The Urban Citizen Fellowship is established by the Municipality of Amsterdam and NIAS-KNAW to stimulate the use of advanced research in political deliberation and public policymaking for the city of Amsterdam. This unique co-sponsored fellowship offers researchers the opportunity to carry out research projects around the concepts of Inclusivity (2020), Democratization and Representation (2021) and Citizenship and Education (2022). Read More.

As part of its Mobility, Temporality and Africa’s Future Politics project, the African Centre for Migration & Society has just completed data collection on 1500+ domestic and international migrants and long term residents in Accra, Johannesburg, and Nairobi. The data explore the trans-local moral and material economies shaping place and politics in these cities’ rapidly transforming neighborhoods. It has generated some of the first data on how COVID has reshaped lives and livelihoods across African cities. Conducted in collaboration with Samuel Hall (Nairobi) and University of Ghana (Accra), the first phase analysis will also involve Columbia University’s Center for Spatial Research. From mid-2022, the data will be widely available for researchers and students.

Applications are invited for a PhD scholarship at the Copenhagen Centre for Social Data Science (SODAS) at the University of Copenhagen as part of the ERC-funded project “DISTRACT: The Political Economy of Attention in Digitized Denmark.” Employment is scheduled to begin November 2021 or as soon as possible thereafter. Read More.


Journal of Refugee Studies (JRS) Call for Proposals

The Journal of Refugee Studies (JRS) is accepting proposals for special issues. JRS is a peer-reviewed journal featuring original, high-quality research related to diverse aspects of forced migration. We welcome proposals that engage with and significantly advance scholarly debates in the field of refugee and forced migration studies. For more information on the Journal and its aims, please see here.

Date: 31 August 2021.

Research Consultancy: Refugee-Led Organizations in Asia Pacific

Recruit up to four research consultants, including researchers with ongoing or former experience of forced displacement, to produce pioneering research that helps to better understand the work and contributions of refugee-led organisations in Asia and the Pacific. This research project is funded by Act for Peace and is supported by several key stakeholders in the region, including the Asia Pacific Network of Refugees, the Asia Pacific Refugee Rights Network, and the Kaldor Centre for International Refugee Law at UNSW Sydney. For more details on the roles, see here.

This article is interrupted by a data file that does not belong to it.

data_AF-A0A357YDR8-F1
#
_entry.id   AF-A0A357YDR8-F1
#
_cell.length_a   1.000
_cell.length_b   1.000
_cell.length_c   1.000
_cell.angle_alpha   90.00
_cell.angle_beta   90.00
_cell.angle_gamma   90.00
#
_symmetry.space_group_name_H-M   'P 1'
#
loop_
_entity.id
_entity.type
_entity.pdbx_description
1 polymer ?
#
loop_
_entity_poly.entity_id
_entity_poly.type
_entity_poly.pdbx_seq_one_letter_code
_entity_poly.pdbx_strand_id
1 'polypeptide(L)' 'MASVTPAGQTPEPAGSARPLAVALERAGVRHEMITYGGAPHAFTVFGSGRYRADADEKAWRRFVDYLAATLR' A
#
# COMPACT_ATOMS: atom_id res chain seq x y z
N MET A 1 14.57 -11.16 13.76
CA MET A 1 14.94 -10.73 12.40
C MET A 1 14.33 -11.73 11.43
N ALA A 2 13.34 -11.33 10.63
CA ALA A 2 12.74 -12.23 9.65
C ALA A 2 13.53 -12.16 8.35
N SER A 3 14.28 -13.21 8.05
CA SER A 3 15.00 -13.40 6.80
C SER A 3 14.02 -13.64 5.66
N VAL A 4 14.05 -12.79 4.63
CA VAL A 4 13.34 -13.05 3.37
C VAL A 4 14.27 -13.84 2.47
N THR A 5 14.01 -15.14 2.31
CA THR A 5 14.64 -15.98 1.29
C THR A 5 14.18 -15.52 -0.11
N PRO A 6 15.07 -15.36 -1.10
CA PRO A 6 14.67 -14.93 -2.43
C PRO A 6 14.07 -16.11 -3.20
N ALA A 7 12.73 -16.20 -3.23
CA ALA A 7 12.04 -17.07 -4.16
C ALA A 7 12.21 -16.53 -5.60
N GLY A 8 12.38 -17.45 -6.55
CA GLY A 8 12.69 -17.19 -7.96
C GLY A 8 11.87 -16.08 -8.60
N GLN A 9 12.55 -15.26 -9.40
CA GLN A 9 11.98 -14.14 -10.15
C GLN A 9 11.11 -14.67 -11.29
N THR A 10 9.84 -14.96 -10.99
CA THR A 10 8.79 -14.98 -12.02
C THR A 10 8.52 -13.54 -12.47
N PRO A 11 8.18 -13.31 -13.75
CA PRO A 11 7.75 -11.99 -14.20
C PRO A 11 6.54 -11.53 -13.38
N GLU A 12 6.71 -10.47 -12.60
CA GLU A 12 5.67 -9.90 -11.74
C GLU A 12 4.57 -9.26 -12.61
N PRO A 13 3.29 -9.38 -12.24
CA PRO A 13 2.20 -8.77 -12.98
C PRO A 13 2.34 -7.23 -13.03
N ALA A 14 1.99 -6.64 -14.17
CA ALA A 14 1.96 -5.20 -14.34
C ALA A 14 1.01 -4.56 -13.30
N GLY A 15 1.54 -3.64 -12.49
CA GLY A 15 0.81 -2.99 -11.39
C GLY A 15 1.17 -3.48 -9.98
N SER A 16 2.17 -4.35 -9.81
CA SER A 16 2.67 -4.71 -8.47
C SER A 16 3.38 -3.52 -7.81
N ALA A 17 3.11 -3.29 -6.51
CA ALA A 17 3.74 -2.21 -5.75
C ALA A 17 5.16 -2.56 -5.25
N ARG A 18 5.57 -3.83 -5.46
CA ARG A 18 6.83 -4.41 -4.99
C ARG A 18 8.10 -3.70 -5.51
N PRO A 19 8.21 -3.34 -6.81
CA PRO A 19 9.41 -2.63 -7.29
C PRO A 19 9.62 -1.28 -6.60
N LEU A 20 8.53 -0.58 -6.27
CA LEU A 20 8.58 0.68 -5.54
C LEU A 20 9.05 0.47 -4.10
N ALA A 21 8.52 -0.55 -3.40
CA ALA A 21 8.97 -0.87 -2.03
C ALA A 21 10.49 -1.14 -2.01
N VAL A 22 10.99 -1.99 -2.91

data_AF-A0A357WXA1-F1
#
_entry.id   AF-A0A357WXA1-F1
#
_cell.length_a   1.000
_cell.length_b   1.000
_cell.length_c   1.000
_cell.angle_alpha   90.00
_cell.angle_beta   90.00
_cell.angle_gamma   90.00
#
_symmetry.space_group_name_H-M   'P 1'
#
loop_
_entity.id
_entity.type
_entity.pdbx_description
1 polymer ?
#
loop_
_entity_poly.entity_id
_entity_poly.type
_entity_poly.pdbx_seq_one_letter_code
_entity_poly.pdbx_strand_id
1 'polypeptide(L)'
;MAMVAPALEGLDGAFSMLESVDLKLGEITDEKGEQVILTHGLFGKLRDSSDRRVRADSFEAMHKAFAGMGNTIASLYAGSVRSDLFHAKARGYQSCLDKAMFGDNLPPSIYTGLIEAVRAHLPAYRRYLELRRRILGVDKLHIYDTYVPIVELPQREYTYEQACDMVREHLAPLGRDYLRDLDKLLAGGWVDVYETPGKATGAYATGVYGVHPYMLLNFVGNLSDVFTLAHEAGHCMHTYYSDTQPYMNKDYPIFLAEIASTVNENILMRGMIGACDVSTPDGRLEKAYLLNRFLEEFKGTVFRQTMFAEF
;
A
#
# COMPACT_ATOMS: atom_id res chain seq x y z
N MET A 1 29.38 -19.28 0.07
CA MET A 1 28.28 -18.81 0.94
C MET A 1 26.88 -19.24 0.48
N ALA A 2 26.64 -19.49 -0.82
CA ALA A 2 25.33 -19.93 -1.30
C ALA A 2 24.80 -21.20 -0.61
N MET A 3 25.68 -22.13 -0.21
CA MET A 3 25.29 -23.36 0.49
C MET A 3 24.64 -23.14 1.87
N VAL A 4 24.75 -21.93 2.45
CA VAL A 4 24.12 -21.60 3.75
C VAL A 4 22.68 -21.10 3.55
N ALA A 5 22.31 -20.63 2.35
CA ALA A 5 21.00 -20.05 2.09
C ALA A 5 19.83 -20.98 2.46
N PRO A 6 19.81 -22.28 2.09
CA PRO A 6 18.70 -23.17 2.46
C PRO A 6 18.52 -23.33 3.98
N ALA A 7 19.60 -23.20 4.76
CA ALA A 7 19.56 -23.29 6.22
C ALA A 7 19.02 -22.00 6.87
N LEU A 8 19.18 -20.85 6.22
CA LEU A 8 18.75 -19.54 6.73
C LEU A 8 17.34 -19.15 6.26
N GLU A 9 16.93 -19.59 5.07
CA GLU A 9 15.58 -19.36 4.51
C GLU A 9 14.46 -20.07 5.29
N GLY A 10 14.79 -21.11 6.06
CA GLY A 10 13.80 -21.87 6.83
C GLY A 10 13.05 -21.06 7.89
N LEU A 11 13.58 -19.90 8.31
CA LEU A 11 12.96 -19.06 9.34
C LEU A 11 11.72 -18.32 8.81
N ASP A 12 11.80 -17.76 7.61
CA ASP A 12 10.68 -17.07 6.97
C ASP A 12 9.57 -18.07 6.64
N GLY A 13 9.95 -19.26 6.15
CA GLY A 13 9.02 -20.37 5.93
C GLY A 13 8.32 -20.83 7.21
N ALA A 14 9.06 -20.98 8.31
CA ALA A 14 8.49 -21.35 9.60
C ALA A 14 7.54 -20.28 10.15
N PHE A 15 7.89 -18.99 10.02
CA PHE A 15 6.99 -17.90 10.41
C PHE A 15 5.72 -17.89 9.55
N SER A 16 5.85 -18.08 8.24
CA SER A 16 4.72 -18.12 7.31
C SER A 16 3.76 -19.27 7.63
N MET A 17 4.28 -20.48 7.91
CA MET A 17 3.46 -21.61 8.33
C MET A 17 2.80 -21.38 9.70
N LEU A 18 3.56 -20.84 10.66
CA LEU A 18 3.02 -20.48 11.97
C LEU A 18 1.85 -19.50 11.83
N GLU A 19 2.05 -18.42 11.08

Date: 31 July 2021.

Law and Society Annual Meeting 2021 Radboud Summer school: The Science Behind Migrant Inclusion Policies: Evidence-Based Policies and Policy-Based Evidence

Many migrants in receiving countries are facing disadvantaged living circumstances when compared to natives. In most Western countries, we observe economic inequality, inequality in access to information, healthcare, and housing. Moreover, there are increasing concerns that migrants and the ‘native’ population live separated lives and rarely meet and mingle. When migrant inclusion is hampered, this limits migrants to reach their own full potential. Moreover, the resulting inequalities and the lack of social cohesion can pose a threat to the wellbeing and prosperity of the receiving country as a whole. It is therefore no surprise that to curb the cons of migration and to capitalize on the pros, migrant policy makers and scientists alike strive for a better inclusion of migrants into host societies.

Date: 12 – 16 July 2021
Mode of study: On campus
Fee: € 550 
Scholarship available!

18th IMISCOE Annual Conference

Crossing Borders, Connecting Cultures  will be held 7-9 July 2021 in Luxembourg.

IASFM 18 (Updated)

The International Association for the Study of Forced Migration (IASFM18) Bi-annual conference:
Disrupting Theory, Unsettling Practice: Towards Transformative Forced Migration Scholarship and Policy, will be held 26-28 July 2021 at the University of Ghana, Accra, Ghana.


Postdoctoral Associate in Law at the University of Florida, Levin College of Law  

The UF Law Race and Crime Center for Justice (RCCJ) is excited to announce its inaugural Postdoctoral Associate position.  The Center will focus on pressing national issues involving the impact of race on crime and justice. Policing, courts and corrections form the broad expanse of focal points for the Center’s work. As well, laws, criminal-legal policies, theories, and applications offer frameworks for the Center’s focus. The RCCJ will conduct research and produce scholarship with an eye towards policy application. The Postdoctoral Associate will work in collaboration with the Director, UF race scholars, and students, to establish and carry out a robust scholarly agenda.  This position provides a keen opportunity for a junior scholar to focus on critical race and crime issues and identify interdisciplinary and novel policy responses. More information is available here.